paleozoic Aquarium banner
Ordovician Period
From 485.4 million year to 443.8 million years ago.
The Ordovician period was named after the Welsh Celtic tribe.
During the Ordovician, Godowana locating in the southern hemisphere, which included the continents of Africa, Antarctica, Australia, and South America, was shifting further south, and the other smaller landmass started to gather each other. Eventually, Gondwana reached to the South pole and stayed there until the next Silurian. The north hemisphere were almost ocean. Sea level was so high that the shallow sea was spread around Gondwana.
From the Lower to Middle Ordovician was warm and humid. The trilobites which overcame the damage on the end of the Cambrian flourished, and the other invertebrates, for examples, nautiloids, graptolites, bryozoans, crinoids (sea-lily), also became more diverse. In the vertebrates, so-called Ostracoderms, armored jawless fishes developed (e.g. Arandaspis, Sacabambaspis). The anterior half of its body was covered with bony shields and the mouth opened on ventral had no jaws. Conodonts, primitive vertebrates which have been found as a numerous tooth-like microfossils also showed evolutionay radiation.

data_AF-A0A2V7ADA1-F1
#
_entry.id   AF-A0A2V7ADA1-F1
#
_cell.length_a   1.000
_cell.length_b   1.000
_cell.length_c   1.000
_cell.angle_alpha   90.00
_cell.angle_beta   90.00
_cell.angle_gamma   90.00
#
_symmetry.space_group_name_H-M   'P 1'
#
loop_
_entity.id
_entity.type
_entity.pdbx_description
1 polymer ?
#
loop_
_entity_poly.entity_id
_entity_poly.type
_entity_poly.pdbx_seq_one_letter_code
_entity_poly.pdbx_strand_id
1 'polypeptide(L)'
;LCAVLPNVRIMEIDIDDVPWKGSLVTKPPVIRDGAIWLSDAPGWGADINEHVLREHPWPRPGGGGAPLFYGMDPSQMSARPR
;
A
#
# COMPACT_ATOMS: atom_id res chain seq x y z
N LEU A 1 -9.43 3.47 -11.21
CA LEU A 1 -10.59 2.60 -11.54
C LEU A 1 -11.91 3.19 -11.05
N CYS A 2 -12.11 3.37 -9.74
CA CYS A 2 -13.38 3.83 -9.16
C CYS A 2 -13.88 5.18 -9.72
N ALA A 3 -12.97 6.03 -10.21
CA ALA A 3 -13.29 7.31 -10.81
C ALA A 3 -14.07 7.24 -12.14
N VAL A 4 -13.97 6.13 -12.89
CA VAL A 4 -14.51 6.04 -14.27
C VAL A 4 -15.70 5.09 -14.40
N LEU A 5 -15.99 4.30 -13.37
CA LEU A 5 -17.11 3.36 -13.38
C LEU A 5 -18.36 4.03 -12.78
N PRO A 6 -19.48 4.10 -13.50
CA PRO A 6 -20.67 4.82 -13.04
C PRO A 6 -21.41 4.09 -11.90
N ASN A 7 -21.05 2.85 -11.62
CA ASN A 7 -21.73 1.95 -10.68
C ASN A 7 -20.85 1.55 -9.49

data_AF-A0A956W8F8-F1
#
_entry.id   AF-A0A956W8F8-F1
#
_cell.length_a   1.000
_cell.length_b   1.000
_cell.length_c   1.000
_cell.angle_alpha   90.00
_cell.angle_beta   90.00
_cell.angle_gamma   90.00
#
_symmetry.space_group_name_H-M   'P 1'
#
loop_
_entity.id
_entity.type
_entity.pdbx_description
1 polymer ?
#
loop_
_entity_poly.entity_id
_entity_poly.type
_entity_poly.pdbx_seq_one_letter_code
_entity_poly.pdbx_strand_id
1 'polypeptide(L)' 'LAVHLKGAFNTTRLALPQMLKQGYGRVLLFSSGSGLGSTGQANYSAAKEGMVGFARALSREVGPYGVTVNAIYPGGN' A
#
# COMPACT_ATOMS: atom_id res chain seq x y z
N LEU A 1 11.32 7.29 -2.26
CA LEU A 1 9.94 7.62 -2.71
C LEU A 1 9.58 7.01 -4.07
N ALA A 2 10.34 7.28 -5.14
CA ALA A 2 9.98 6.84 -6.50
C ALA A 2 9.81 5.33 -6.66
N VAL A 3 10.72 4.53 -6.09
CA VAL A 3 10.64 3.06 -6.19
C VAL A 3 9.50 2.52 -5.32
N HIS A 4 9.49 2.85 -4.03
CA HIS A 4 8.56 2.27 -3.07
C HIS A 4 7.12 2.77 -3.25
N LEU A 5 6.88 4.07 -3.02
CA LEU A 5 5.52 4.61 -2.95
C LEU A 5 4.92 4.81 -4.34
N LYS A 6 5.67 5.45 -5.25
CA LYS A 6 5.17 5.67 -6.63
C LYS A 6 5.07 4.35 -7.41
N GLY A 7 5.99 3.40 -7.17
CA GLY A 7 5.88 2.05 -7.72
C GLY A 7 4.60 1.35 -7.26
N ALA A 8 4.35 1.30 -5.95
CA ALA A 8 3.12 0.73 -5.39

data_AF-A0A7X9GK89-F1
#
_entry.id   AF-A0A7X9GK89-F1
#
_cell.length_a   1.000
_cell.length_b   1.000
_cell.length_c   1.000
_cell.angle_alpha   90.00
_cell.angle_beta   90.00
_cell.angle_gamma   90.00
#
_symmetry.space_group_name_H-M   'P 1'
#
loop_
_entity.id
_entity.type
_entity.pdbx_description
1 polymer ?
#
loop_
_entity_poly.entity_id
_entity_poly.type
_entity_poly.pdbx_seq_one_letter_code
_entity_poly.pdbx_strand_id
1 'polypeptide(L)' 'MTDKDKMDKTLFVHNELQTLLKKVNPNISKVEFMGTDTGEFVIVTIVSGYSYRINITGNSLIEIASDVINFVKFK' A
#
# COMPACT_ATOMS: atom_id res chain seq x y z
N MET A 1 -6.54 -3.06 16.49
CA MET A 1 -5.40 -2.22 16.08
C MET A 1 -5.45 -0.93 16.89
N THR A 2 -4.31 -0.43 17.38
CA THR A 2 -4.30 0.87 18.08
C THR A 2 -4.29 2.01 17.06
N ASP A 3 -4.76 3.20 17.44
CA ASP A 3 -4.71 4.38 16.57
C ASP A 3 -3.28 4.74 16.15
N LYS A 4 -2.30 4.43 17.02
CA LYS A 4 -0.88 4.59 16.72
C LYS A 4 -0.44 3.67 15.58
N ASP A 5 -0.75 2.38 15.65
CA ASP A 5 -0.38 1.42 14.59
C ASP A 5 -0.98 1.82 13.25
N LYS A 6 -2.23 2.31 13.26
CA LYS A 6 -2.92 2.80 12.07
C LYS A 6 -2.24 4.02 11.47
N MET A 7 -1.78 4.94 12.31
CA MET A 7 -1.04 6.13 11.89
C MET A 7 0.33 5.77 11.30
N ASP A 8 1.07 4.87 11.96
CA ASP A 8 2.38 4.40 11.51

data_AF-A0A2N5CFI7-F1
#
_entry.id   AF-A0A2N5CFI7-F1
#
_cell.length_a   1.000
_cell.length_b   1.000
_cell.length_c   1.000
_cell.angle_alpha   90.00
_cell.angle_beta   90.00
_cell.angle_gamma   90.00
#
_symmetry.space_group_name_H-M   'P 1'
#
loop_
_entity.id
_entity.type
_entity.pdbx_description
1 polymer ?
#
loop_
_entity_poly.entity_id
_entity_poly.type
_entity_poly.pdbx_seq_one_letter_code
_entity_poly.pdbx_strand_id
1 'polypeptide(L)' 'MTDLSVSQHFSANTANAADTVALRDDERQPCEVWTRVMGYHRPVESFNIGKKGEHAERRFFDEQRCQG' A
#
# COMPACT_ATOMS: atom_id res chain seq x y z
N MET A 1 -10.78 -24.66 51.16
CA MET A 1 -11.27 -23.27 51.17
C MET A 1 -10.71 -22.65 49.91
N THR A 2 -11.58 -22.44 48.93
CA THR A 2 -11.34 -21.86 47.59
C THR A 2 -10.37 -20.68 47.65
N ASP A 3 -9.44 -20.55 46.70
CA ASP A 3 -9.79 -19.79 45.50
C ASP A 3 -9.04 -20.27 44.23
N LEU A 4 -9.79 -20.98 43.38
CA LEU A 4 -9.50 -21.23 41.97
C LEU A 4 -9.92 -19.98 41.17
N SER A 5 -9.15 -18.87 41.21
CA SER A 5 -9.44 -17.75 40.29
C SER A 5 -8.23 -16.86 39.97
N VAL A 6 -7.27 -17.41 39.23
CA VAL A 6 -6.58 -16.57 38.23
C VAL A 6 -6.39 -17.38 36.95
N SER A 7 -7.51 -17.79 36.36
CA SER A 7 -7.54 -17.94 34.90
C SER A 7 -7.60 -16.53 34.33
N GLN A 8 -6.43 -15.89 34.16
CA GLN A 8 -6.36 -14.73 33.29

The first primitive plants began to make inroads into the land, subsequently, some arthropods were followed.
Due to the drift of Gongowana to the South Pole during the Upper Ordovician, the massive glaciation were progressed on the central area of Gondwana which corresponds to the present Africa. As a result, the sea levels fell down and the shallow sea, which nurtured many lives, drying up. Furthermore, a numerous species were eliminated. It is thought that this mass extinction were the second large one in the history of life.
  1. National Geographics
  2. Pappas S (2013) Paleozoic Era: Facts & Information Live Sience June 20, 2013
  3. UCMP - University of California Museum of Paleontolgy - (Legacy Exhibits Online, Tour of Geologic TIme)
  4. International Commission on Stratigraphy - International Chronostratigraphic Chart v 2023/06.